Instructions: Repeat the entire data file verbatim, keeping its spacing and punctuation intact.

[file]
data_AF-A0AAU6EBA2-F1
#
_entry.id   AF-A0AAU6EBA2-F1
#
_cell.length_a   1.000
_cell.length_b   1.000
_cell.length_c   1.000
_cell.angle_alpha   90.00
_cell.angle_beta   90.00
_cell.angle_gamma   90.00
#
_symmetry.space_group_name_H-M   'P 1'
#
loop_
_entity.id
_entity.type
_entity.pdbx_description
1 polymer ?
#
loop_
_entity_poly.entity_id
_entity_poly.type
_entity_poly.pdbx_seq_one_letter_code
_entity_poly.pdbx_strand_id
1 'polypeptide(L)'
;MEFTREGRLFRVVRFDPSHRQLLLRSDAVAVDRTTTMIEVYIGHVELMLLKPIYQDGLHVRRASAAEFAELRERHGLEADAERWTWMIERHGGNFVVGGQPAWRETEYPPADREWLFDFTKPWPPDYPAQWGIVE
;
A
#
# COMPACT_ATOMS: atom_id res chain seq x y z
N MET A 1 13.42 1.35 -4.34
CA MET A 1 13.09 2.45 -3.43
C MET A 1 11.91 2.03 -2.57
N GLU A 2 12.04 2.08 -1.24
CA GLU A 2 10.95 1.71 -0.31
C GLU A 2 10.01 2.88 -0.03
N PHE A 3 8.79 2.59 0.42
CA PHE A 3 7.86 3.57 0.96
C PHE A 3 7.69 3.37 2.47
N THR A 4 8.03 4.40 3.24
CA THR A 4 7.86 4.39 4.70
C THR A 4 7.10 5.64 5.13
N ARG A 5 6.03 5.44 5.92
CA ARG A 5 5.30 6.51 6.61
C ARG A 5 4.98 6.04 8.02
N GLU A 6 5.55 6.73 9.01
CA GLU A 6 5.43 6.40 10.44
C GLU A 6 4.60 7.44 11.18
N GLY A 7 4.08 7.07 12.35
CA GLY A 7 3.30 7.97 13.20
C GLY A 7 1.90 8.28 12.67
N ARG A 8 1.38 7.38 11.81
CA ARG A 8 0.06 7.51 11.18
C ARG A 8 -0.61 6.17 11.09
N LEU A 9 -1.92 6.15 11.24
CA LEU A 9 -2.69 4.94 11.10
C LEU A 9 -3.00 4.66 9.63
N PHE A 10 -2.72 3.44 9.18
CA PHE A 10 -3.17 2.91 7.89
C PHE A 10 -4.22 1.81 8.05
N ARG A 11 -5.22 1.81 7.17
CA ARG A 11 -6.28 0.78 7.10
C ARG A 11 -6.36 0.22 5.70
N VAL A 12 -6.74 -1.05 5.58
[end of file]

data_AF-A0AAU6EBA2-F1
#
_entry.id   AF-A0AAU6EBA2-F1
#
_cell.length_a   1.000
_cell.length_b   1.000
_cell.length_c   1.000
_cell.angle_alpha   90.00
_cell.angle_beta   90.00
_cell.angle_gamma   90.00
#
_symmetry.space_group_name_H-M   'P 1'
#
loop_
_entity.id
_entity.type
_entity.pdbx_description
1 polymer ?
#
loop_
_entity_poly.entity_id
_entity_poly.type
_entity_poly.pdbx_seq_one_letter_code
_entity_poly.pdbx_strand_id
1 'polypeptide(L)'
;MEFTREGRLFRVVRFDPSHRQLLLRSDAVAVDRTTTMIEVYIGHVELMLLKPIYQDGLHVRRASAAEFAELRERHGLEADAERWTWMIERHGGNFVVGGQPAWRETEYPPADREWLFDFTKPWPPDYPAQWGIVE
;
A
#
# COMPACT_ATOMS: atom_id res chain seq x y z
N MET A 1 13.42 1.35 -4.34
CA MET A 1 13.09 2.45 -3.43
C MET A 1 11.91 2.03 -2.57
N GLU A 2 12.04 2.08 -1.24
CA GLU A 2 10.95 1.71 -0.31
C GLU A 2 10.01 2.88 -0.03
N PHE A 3 8.79 2.59 0.42
CA PHE A 3 7.86 3.57 0.96
C PHE A 3 7.69 3.37 2.47
N THR A 4 8.03 4.40 3.24
CA THR A 4 7.86 4.39 4.70
C THR A 4 7.10 5.64 5.13
N ARG A 5 6.03 5.44 5.92
CA ARG A 5 5.30 6.51 6.61
C ARG A 5 4.98 6.04 8.02
N GLU A 6 5.55 6.73 9.01
CA GLU A 6 5.43 6.40 10.44
C GLU A 6 4.60 7.44 11.18
N GLY A 7 4.08 7.07 12.35
CA GLY A 7 3.30 7.97 13.20
C GLY A 7 1.90 8.28 12.67
N ARG A 8 1.38 7.38 11.81
CA ARG A 8 0.06 7.51 11.18
C ARG A 8 -0.61 6.17 11.09
N LEU A 9 -1.92 6.15 11.24
CA LEU A 9 -2.69 4.94 11.10
C LEU A 9 -3.00 4.66 9.63
N PHE A 10 -2.72 3.44 9.18
CA PHE A 10 -3.17 2.91 7.89
C PHE A 10 -4.22 1.81 8.05
N ARG A 11 -5.22 1.81 7.17
CA ARG A 11 -6.28 0.78 7.10
C ARG A 11 -6.36 0.22 5.70
N VAL A 12 -6.74 -1.05 5.58